Folio from a Tenth-Century Qur˒an
Qur˒an leaf, in Arabic
Possibly Iran or Iraq
226 x 295 mm
Gift of Belle da Costa Greene, 1941
The text is written in Kufic, named after al-Kufah, the Iraqi town where the script supposedly originated. Red dots mark vowels, and each tenth verse is marked by a small, gold rectangle. On this leaf a thin gold band indicates the end of sura 24 (al-Nūr, or "Light") and the beginning of sura 25 (al-Furqān, or "The Criterion"). The Criterion is Allah's great gift to humanity, allowing it to judge between right and wrong. Each sura (except the ninth) begins with a call to piety, the bismillah, In the name of God, the Merciful, the Compassionate.
The Qur˒an, the Holy Book of Islam
From a monumental volume used in an Istanbul mosque to a miniature Persian version that served as a talisman, this section features examples of illuminated pages from the holy book of Islam. The Qur˒an (to recite) represents the codification of the words of God that were revealed and transmitted through the angel Gabriel to the prophet Muḥammad (ca. 570–632) over a period of twenty-three years. The visions began in 610 in a cave on Mount Hira near Mecca, his birthplace, and continued after his 622 flight to Medina, until his death. His flight—the Hijra—marks the beginning of the Islamic calendar.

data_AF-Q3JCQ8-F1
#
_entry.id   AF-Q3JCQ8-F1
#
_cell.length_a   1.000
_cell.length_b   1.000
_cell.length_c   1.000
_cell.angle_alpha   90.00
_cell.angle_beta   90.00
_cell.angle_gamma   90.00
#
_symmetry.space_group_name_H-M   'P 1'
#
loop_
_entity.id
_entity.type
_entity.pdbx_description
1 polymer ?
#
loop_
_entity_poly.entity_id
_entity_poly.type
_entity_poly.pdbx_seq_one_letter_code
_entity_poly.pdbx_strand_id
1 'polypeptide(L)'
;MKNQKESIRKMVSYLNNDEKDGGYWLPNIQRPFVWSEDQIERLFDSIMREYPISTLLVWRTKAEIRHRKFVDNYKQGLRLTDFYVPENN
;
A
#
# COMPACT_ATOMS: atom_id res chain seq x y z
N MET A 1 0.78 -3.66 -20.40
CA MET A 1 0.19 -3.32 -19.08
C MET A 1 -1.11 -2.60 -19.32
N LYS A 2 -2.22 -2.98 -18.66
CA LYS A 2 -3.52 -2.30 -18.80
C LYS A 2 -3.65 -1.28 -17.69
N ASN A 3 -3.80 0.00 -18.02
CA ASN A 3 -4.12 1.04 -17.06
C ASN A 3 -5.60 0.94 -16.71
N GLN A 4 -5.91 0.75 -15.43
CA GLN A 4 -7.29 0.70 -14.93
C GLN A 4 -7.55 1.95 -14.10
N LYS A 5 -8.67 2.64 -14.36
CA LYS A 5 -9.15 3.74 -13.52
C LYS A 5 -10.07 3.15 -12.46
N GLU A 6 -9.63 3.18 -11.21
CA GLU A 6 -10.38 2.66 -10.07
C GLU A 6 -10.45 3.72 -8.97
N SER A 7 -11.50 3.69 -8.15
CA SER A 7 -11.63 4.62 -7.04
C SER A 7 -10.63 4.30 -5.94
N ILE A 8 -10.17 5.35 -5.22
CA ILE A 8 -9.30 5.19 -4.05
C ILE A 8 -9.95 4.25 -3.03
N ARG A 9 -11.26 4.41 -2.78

The revelations were arranged into 114 suras (chapters), each named after its theme. The first and shortest ones, at the end of the book, from the Meccan period, establish Muḥammad as the final prophet in a line of monotheists, including Abraham and Jesus. The longest suras, placed at the beginning, are Medinan and deal more with social and political issues.
For centuries, Qur˒ans were written in Arabic, the language of transmission. After Muḥammad's death, his cousin ˓Alī and others compiled the revelations into a text. About twenty years later, under Uthman, the third caliph (644–656) succeeding Muḥammad, a standard version of the Qur˒an —essentially the one used today—was produced. Thereafter Islam (which means "surrender to God") spread from the Arabian Peninsula throughout the Middle East, to northern Africa and southern Spain, and eventually the world.